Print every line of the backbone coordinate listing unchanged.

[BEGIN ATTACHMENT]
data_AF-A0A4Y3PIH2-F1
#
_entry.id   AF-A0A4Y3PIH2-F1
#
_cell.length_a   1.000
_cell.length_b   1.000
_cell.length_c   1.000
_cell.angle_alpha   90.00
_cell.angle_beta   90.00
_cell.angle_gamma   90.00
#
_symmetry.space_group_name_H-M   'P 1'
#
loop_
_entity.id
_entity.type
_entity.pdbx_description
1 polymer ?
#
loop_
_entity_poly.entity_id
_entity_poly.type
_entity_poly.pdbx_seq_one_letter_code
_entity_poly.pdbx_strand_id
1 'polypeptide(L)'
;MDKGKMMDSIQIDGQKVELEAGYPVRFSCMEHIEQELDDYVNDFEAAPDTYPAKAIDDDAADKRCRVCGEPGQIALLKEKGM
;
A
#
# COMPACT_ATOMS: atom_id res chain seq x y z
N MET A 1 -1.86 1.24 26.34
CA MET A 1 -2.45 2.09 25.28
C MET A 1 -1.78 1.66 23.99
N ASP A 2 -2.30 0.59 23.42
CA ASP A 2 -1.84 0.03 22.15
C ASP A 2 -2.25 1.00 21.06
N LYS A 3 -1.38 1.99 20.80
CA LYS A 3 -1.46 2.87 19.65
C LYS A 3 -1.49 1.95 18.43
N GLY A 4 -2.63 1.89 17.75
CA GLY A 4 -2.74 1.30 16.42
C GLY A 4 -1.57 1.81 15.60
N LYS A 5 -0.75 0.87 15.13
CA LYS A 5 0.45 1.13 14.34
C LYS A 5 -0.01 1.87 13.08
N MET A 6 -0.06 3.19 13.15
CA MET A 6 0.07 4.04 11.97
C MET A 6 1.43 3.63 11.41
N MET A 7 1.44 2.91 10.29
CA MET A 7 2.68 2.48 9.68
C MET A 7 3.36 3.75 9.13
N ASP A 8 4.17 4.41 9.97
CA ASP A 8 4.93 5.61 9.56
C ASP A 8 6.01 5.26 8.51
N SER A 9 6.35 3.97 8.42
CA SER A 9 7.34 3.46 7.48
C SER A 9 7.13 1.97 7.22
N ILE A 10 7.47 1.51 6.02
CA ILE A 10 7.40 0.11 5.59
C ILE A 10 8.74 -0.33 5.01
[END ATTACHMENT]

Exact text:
data_AF-A0A4Y3PIH2-F1
#
_entry.id   AF-A0A4Y3PIH2-F1
#
_cell.length_a   1.000
_cell.length_b   1.000
_cell.length_c   1.000
_cell.angle_alpha   90.00
_cell.angle_beta   90.00
_cell.angle_gamma   90.00
#
_symmetry.space_group_name_H-M   'P 1'
#
loop_
_entity.id
_entity.type
_entity.pdbx_description
1 polymer ?
#
loop_
_entity_poly.entity_id
_entity_poly.type
_entity_poly.pdbx_seq_one_letter_code
_entity_poly.pdbx_strand_id
1 'polypeptide(L)'
;MDKGKMMDSIQIDGQKVELEAGYPVRFSCMEHIEQELDDYVNDFEAAPDTYPAKAIDDDAADKRCRVCGEPGQIALLKEKGM
;
A
#
# COMPACT_ATOMS: atom_id res chain seq x y z
N MET A 1 -1.86 1.24 26.34
CA MET A 1 -2.45 2.09 25.28
C MET A 1 -1.78 1.66 23.99
N ASP A 2 -2.30 0.59 23.42
CA ASP A 2 -1.84 0.03 22.15
C ASP A 2 -2.25 1.00 21.06
N LYS A 3 -1.38 1.99 20.80
CA LYS A 3 -1.46 2.87 19.65
C LYS A 3 -1.49 1.95 18.43
N GLY A 4 -2.63 1.89 17.75
CA GLY A 4 -2.74 1.30 16.42
C GLY A 4 -1.57 1.81 15.60
N LYS A 5 -0.75 0.87 15.13
CA LYS A 5 0.45 1.13 14.34
C LYS A 5 -0.01 1.87 13.08
N MET A 6 -0.06 3.19 13.15
CA MET A 6 0.07 4.04 11.97
C MET A 6 1.43 3.63 11.41
N MET A 7 1.44 2.91 10.29
CA MET A 7 2.68 2.48 9.68
C MET A 7 3.36 3.75 9.13
N ASP A 8 4.17 4.41 9.97
CA ASP A 8 4.93 5.61 9.56
C ASP A 8 6.01 5.26 8.51
N SER A 9 6.35 3.97 8.42
CA SER A 9 7.34 3.46 7.48
C SER A 9 7.13 1.97 7.22
N ILE A 10 7.47 1.51 6.02
CA ILE A 10 7.40 0.11 5.59
C ILE A 10 8.74 -0.33 5.01